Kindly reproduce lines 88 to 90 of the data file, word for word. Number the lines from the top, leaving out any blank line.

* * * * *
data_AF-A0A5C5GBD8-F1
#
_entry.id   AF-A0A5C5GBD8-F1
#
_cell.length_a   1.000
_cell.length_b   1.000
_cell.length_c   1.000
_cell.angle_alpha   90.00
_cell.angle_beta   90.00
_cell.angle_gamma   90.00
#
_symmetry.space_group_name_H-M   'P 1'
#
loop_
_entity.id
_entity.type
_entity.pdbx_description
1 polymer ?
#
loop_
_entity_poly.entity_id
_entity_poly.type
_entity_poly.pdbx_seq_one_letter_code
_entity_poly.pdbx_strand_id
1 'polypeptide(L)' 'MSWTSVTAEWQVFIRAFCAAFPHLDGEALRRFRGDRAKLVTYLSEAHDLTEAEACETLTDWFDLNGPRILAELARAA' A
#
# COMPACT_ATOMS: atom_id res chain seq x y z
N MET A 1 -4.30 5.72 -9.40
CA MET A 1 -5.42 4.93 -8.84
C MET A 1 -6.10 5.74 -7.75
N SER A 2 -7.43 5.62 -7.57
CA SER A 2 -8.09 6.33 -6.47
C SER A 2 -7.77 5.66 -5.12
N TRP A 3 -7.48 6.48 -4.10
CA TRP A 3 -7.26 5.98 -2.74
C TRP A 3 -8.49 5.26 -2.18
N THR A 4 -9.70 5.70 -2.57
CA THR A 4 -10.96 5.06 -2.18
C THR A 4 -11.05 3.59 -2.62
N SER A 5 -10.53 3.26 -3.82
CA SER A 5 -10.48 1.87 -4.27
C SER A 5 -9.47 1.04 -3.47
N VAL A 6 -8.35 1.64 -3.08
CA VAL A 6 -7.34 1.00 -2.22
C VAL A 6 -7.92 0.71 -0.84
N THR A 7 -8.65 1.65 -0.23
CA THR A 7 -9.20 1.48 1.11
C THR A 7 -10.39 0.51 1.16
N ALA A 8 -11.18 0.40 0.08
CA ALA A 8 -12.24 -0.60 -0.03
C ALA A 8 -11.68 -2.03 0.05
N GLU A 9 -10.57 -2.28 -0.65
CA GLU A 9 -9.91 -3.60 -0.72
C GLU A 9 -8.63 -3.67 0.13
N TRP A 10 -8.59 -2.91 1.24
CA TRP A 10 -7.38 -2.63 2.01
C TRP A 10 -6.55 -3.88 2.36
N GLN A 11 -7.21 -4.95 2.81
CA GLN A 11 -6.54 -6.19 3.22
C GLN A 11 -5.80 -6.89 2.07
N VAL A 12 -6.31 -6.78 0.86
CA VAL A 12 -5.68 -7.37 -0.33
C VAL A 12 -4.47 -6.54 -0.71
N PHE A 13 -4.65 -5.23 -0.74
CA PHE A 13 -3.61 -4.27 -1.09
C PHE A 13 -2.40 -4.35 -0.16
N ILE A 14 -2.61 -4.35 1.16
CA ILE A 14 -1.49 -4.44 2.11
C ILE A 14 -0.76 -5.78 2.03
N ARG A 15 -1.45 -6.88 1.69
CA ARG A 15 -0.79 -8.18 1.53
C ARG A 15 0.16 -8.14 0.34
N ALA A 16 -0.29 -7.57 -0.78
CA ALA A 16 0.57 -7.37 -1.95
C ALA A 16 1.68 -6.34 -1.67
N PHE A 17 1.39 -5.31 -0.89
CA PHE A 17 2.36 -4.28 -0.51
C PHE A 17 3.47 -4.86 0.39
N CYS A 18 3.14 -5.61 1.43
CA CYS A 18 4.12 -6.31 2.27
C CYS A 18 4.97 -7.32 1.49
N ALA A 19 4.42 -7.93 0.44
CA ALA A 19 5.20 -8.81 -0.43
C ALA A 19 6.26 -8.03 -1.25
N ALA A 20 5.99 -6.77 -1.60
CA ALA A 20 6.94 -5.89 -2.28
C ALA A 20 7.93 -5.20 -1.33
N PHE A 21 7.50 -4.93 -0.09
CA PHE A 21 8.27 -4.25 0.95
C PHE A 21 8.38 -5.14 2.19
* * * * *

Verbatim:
N PHE A 21 7.50 -4.93 -0.09
CA PHE A 21 8.27 -4.25 0.95
C PHE A 21 8.38 -5.14 2.19